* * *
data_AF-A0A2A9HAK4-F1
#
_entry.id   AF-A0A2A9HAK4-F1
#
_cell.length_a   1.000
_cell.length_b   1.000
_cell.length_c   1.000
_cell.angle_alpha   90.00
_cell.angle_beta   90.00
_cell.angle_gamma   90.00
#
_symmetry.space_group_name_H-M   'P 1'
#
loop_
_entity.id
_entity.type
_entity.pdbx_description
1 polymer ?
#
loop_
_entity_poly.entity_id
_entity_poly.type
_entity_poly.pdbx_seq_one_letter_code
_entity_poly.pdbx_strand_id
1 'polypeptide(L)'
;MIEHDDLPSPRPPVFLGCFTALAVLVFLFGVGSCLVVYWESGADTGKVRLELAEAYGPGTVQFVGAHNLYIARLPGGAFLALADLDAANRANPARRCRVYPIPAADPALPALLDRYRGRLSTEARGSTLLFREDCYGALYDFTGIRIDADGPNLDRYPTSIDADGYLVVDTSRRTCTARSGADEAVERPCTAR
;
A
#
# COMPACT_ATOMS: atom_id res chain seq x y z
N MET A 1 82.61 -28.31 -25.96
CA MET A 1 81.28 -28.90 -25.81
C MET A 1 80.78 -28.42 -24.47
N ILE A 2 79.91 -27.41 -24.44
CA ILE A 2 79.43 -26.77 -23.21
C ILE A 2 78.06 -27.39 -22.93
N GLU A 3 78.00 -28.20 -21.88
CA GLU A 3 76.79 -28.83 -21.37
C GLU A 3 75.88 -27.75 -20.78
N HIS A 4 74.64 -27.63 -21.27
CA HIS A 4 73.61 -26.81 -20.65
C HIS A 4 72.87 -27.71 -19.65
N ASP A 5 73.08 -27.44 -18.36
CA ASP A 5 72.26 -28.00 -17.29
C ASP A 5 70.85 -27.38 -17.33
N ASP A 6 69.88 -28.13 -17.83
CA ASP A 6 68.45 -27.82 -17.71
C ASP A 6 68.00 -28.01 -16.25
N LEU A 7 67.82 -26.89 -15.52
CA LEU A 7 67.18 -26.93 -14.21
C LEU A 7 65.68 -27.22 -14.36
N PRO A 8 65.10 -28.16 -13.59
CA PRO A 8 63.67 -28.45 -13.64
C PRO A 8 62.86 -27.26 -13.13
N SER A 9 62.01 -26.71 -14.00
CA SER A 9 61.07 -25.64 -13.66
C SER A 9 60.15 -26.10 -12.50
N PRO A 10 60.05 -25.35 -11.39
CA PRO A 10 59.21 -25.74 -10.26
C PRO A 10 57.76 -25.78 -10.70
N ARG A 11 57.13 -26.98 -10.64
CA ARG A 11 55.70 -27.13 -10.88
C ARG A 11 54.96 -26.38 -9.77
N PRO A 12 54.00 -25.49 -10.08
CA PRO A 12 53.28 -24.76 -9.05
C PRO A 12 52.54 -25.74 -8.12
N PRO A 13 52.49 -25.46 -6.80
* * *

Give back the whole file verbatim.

data_AF-A0A2A9HAK4-F1
#
_entry.id   AF-A0A2A9HAK4-F1
#
_cell.length_a   1.000
_cell.length_b   1.000
_cell.length_c   1.000
_cell.angle_alpha   90.00
_cell.angle_beta   90.00
_cell.angle_gamma   90.00
#
_symmetry.space_group_name_H-M   'P 1'
#
loop_
_entity.id
_entity.type
_entity.pdbx_description
1 polymer ?
#
loop_
_entity_poly.entity_id
_entity_poly.type
_entity_poly.pdbx_seq_one_letter_code
_entity_poly.pdbx_strand_id
1 'polypeptide(L)'
;MIEHDDLPSPRPPVFLGCFTALAVLVFLFGVGSCLVVYWESGADTGKVRLELAEAYGPGTVQFVGAHNLYIARLPGGAFLALADLDAANRANPARRCRVYPIPAADPALPALLDRYRGRLSTEARGSTLLFREDCYGALYDFTGIRIDADGPNLDRYPTSIDADGYLVVDTSRRTCTARSGADEAVERPCTAR
;
A
#
# COMPACT_ATOMS: atom_id res chain seq x y z
N MET A 1 82.61 -28.31 -25.96
CA MET A 1 81.28 -28.90 -25.81
C MET A 1 80.78 -28.42 -24.47
N ILE A 2 79.91 -27.41 -24.44
CA ILE A 2 79.43 -26.77 -23.21
C ILE A 2 78.06 -27.39 -22.93
N GLU A 3 78.00 -28.20 -21.88
CA GLU A 3 76.79 -28.83 -21.37
C GLU A 3 75.88 -27.75 -20.78
N HIS A 4 74.64 -27.63 -21.27
CA HIS A 4 73.61 -26.81 -20.65
C HIS A 4 72.87 -27.71 -19.65
N ASP A 5 73.08 -27.44 -18.36
CA ASP A 5 72.26 -28.00 -17.29
C ASP A 5 70.85 -27.38 -17.33
N ASP A 6 69.88 -28.13 -17.83
CA ASP A 6 68.45 -27.82 -17.71
C ASP A 6 68.00 -28.01 -16.25
N LEU A 7 67.82 -26.89 -15.52
CA LEU A 7 67.18 -26.93 -14.21
C LEU A 7 65.68 -27.22 -14.36
N PRO A 8 65.10 -28.16 -13.59
CA PRO A 8 63.67 -28.45 -13.64
C PRO A 8 62.86 -27.26 -13.13
N SER A 9 62.01 -26.71 -14.00
CA SER A 9 61.07 -25.64 -13.66
C SER A 9 60.15 -26.10 -12.50
N PRO A 10 60.05 -25.35 -11.39
CA PRO A 10 59.21 -25.74 -10.26
C PRO A 10 57.76 -25.78 -10.70
N ARG A 11 57.13 -26.98 -10.64
CA ARG A 11 55.70 -27.13 -10.88
C ARG A 11 54.96 -26.38 -9.77
N PRO A 12 54.00 -25.49 -10.08
CA PRO A 12 53.28 -24.76 -9.05
C PRO A 12 52.54 -25.74 -8.12
N PRO A 13 52.49 -25.46 -6.80